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I propose a split. One article for octane(the chemical) and one for octane rating. GPTHURSTON
Yes, but what does octane do? How does it prevent against engine knocking? Should I bother filling up my 2002 Camry with 91 octane or will 87 suffice? Why do television announcers talk about "high-octane racing?"
I propose that the article absolutely not be split. Octane is a thing, not a rating, though it is treated in the media as a rating. The article needs to explain (by someone qualified to do so) how, when, and where octane is "added" to gasoline, or does it just "appear" during the refining process. Or is octane not actually in the gasoline ever, but just used as some reference measure?
Higher octane number, more octane present, more energy released from combustion
(Higher octane has nothing to do with energy being released for combustion. It's all about resisting pre-ignition)
Request - please give the reaction formula for combustion.
Engine knocking is autoignition AFTER the spark
In the early days of automotive engineering, it was assumed that engine knock was due to autoignition before the spark, but research has shown that to be incorrect. It is autoignition after the spark but before complete combustion of the fuel.
See http://www.faqs.org/faqs/autos/gasoline-faq/part3/ 18.104.22.168 02:56, 18 December 2006 (UTC)
If this is true, then it would appear that the fuel is not completely mixed - some components are igniting more readily than others. The pre-ignition theory was straight forward..
From C Ed Wright: Ignition is initiated at the spark plug gap as the spark jumps it, but autoignition occurs as the flame front traverses the compressed fuel-air mix, the burning mix expands and further compresses remaining unburned mix ahead of the flame front, causing it to ignite from the heat of compression exactly as diesel fuel ignites. This "knocking" is sometimes called "dieseling" because it is the same phenomenon but in a non-diesel engine, particularly when it causes a gasoline engine to continue to run after the ignition is shut off and no spark occurs.
Octane rating is not a media fiction, it refers to the theoretical amount of octane in a given blend that would cause resistance to autoignition to the degree that an actual blend does, even if no actual octane is in the blend. For example, if a gasoline was 100% octane, it would also have an octane rating of 100; if only 90% octane, its rating would be 90; but any mix of other components and octane rating boosters, called "anti-knock agents", that behave the same as those percentages of octane, get the same rating as actual octane percentages. And the higher the compression ratio, and to a lesser extent the further the spark advance, actually the combination of both; the higher the octane rating must be to prevent autoignition.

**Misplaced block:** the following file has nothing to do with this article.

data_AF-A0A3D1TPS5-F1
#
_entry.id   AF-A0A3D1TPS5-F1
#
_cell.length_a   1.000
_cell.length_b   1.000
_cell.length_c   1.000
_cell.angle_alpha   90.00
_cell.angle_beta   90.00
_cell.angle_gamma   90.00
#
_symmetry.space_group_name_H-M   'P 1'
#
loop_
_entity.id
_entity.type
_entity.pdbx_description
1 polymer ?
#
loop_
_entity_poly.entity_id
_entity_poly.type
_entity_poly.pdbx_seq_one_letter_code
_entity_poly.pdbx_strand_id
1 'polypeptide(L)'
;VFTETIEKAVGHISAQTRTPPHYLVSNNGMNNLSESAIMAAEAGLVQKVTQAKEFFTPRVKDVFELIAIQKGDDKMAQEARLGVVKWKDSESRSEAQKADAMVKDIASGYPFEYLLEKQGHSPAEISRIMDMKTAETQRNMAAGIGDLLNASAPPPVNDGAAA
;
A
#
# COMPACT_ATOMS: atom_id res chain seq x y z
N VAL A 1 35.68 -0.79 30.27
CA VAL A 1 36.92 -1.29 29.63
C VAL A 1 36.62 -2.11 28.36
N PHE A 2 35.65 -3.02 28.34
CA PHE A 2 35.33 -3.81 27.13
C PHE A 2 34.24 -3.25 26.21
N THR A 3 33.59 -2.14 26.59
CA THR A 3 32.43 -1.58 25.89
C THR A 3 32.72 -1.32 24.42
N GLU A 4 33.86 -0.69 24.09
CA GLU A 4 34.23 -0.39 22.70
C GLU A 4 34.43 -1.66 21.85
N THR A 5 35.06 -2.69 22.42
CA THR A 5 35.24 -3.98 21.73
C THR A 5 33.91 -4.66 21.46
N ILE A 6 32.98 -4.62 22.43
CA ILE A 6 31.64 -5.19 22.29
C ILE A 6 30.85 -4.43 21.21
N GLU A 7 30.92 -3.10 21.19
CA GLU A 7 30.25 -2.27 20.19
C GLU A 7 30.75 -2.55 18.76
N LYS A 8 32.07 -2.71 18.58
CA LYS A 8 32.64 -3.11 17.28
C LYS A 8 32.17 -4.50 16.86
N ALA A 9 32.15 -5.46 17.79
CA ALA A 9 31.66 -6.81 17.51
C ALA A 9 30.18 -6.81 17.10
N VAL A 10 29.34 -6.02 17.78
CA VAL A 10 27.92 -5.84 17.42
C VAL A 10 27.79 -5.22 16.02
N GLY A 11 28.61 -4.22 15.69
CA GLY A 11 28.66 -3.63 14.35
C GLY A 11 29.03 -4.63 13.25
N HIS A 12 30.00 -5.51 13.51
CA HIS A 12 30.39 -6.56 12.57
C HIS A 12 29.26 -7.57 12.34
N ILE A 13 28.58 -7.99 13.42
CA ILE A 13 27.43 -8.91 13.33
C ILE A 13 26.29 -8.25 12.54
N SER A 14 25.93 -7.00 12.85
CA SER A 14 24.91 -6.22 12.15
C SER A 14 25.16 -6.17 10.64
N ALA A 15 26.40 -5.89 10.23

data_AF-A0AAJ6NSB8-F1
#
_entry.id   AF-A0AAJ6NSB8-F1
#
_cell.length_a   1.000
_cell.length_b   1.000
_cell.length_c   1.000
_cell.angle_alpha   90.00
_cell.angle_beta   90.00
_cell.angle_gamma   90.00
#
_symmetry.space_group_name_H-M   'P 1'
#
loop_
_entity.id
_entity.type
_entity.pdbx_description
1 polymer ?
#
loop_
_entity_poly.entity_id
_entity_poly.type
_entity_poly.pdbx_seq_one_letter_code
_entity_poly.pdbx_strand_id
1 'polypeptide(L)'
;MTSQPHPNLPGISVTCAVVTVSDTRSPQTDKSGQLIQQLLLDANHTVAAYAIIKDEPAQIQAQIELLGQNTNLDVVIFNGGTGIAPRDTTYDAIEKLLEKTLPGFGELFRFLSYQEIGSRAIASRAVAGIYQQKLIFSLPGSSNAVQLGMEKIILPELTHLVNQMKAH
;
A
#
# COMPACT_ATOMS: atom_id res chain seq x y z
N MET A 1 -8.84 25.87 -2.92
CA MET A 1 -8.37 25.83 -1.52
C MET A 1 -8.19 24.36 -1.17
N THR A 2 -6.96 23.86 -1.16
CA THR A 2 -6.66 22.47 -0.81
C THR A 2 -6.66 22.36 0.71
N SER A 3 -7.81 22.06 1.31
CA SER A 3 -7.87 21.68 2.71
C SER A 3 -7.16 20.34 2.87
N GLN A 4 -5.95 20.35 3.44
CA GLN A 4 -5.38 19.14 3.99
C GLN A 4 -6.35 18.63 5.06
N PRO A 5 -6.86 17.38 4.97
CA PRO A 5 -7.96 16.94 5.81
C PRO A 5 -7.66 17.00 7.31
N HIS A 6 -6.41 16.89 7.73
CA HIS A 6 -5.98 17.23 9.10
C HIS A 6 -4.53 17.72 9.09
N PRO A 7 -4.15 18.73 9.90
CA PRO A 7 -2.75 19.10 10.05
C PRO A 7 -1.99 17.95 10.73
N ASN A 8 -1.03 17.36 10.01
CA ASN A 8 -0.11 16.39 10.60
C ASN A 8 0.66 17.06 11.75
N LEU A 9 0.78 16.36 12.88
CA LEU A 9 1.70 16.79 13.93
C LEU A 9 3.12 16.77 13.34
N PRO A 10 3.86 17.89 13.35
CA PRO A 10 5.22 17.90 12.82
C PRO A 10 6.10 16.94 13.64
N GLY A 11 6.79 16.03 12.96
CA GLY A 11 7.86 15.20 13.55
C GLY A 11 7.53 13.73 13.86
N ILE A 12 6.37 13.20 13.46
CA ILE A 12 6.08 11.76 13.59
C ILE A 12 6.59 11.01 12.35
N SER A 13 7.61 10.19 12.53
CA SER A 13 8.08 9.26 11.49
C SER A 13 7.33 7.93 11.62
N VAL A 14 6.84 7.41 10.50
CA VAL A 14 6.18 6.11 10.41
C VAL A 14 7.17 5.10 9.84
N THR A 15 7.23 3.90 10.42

Octane is merely one compound of many that can be found in gasoline. It has the highest resisance to autoignition of all, and ideally, all gasoline would be pure octane, and all gas engines could then have something like 12:1 compression, for maximum power or greatest economy or a compromise of both. Unfortunately, only a tiny amount of octane per gallon is produced during "cracking" & refining gasoline, and difficult to purify as well, altogether making pure octane extremely expensive hence absolutely not feasible for general use. —Preceding unsigned comment added by 22.214.171.124 (talk) 16:29, 1 October 2008 (UTC)
Aviation fuel -- so-called Av-Gas -- and certain auto racing fuels actually have octane ratings higher than 100, despite the fact that fuel cannot be more than 100% octane, or more than 100% ANYTHING. This is simply accomplished by adding even more antiknock compound(s) and the rating number extrapolated according to the resistance to autoignition.